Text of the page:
Sunday, January 31, 2010

Did Lizzie Do it?

A Gaslight Poll:
Did Lizzie Borden Kill Her Father and Stepmother?
Well over 100 years after the fact, this murder is still news. Did Lizzie Borden get away with murder, or did someone else? No one knows for sure, but everyone has an opinion. Express your opinion by voting in the box to the right.  Click here for a list of alternative suspects.

Poll Results:
Did Lizzie Borden Kill Her Father and Stepmother?

     Yes - 73%
     No - 27%

It’s official, Murder by Gaslight visitors, by an overwhelming majority, believe that Lizzie Borden got away with murder.

Saturday, January 23, 2010

Hang Down Your Head Tom Dula

The stories behind murder ballads are never as pretty as the songs. The story behind “Tom Dooley” – the 1866 murder of Laura Foster by Tom Dula in Elkville, North Carolina – is particularly ugly. Tom Dula was having an affair with Mrs. Ann Foster Melton and when her cousin Pauline Foster came to work at the Melton home, Tom Dula took her to bed as well. Another cousin, Laura Foster, came to town and Tom had her too. One member of this group contracted syphilis and soon they were all infected. Tom Dula blamed Laura Foster and threatened revenge. Laura's body was found in a shallow grave and Tom Dula had left for Tennessee. Might have gotten away, “Hadn’t been for Grayson.”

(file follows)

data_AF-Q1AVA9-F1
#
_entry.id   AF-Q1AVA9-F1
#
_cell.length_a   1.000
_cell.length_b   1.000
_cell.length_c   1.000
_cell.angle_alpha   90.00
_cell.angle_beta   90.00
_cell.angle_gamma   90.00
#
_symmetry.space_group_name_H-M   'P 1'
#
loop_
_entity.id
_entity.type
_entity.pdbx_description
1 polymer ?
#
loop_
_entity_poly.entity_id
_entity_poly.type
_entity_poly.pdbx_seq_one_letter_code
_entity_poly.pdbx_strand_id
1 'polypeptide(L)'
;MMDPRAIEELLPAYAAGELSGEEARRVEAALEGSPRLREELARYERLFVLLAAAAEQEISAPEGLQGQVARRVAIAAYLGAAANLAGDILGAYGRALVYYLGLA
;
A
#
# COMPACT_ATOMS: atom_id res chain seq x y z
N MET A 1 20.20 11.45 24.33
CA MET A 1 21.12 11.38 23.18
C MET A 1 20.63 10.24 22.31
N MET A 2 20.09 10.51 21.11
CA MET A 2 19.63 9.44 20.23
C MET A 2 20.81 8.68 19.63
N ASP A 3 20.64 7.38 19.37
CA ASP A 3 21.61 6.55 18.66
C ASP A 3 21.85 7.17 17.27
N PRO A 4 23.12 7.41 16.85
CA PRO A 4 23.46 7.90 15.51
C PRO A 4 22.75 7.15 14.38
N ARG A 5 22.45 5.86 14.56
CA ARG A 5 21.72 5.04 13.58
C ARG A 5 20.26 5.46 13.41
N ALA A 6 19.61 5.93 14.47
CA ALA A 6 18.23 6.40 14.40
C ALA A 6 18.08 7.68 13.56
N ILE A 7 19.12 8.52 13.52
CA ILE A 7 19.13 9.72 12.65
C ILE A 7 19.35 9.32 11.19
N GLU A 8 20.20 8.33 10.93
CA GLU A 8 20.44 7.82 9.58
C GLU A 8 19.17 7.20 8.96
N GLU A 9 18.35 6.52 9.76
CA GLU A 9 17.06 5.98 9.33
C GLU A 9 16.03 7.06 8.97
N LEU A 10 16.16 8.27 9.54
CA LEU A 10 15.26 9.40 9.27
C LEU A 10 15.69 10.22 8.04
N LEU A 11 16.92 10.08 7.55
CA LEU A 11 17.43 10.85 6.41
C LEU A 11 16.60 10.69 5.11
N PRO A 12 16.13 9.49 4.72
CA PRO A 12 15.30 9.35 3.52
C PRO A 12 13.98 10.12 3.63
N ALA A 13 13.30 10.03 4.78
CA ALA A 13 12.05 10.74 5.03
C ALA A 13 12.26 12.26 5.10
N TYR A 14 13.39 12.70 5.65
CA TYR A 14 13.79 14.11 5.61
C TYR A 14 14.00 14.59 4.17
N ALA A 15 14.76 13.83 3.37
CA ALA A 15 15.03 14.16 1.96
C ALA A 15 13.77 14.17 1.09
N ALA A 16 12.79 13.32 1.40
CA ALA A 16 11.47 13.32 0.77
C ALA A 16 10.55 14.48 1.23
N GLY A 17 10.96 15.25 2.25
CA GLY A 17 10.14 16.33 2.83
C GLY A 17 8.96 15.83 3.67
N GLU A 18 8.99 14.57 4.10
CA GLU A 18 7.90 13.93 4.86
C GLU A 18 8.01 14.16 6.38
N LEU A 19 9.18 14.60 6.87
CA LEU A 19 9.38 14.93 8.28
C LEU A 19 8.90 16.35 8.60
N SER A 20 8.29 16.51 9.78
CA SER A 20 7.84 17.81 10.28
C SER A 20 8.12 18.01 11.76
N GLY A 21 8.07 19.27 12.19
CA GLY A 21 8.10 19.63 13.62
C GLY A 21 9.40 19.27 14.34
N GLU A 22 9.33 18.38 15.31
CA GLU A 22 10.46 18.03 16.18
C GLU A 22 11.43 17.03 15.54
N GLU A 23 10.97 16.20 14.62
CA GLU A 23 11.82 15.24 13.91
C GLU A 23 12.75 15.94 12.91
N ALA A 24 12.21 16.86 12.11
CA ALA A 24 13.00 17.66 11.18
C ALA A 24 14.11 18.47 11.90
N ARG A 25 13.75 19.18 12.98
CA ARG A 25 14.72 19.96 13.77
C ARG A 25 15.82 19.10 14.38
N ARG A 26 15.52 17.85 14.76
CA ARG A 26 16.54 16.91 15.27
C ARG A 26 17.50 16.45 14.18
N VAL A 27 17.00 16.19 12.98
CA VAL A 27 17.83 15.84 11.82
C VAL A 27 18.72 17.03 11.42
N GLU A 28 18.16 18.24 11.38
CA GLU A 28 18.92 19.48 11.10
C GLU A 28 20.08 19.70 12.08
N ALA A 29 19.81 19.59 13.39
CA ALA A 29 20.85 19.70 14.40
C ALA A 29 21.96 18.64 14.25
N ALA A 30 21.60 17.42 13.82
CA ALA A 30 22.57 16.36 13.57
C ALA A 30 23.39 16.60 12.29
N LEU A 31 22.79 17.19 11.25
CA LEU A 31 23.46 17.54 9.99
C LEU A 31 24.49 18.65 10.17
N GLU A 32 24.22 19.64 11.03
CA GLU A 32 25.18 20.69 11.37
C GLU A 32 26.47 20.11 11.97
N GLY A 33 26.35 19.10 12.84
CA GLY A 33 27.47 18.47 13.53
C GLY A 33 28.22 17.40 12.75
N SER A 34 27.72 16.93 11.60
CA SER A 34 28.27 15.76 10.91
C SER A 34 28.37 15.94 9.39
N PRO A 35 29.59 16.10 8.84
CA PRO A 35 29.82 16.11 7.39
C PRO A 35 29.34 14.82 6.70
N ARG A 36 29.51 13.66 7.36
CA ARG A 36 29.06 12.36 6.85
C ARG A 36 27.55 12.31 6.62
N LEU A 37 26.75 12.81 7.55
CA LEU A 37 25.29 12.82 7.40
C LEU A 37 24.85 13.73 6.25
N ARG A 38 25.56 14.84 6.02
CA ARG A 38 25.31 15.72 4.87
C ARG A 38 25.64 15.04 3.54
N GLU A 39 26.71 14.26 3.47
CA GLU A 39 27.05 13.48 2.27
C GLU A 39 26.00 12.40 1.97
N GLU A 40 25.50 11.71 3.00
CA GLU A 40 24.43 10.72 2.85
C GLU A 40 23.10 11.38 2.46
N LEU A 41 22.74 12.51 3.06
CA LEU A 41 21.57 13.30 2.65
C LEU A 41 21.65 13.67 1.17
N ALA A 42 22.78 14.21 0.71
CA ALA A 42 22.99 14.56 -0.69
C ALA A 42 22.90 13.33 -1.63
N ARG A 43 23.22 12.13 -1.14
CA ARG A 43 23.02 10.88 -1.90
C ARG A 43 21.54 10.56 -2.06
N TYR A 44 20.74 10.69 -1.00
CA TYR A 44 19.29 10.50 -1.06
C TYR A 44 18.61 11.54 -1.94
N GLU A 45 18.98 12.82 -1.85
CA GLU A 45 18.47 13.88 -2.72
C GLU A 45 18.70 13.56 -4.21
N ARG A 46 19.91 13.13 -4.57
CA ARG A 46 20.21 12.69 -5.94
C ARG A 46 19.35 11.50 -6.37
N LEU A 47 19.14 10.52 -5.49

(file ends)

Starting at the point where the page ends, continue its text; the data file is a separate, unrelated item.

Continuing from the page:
Confederate Soldier

Date: June 18, 1866

Saturday, January 16, 2010

"Girl Slays Girl."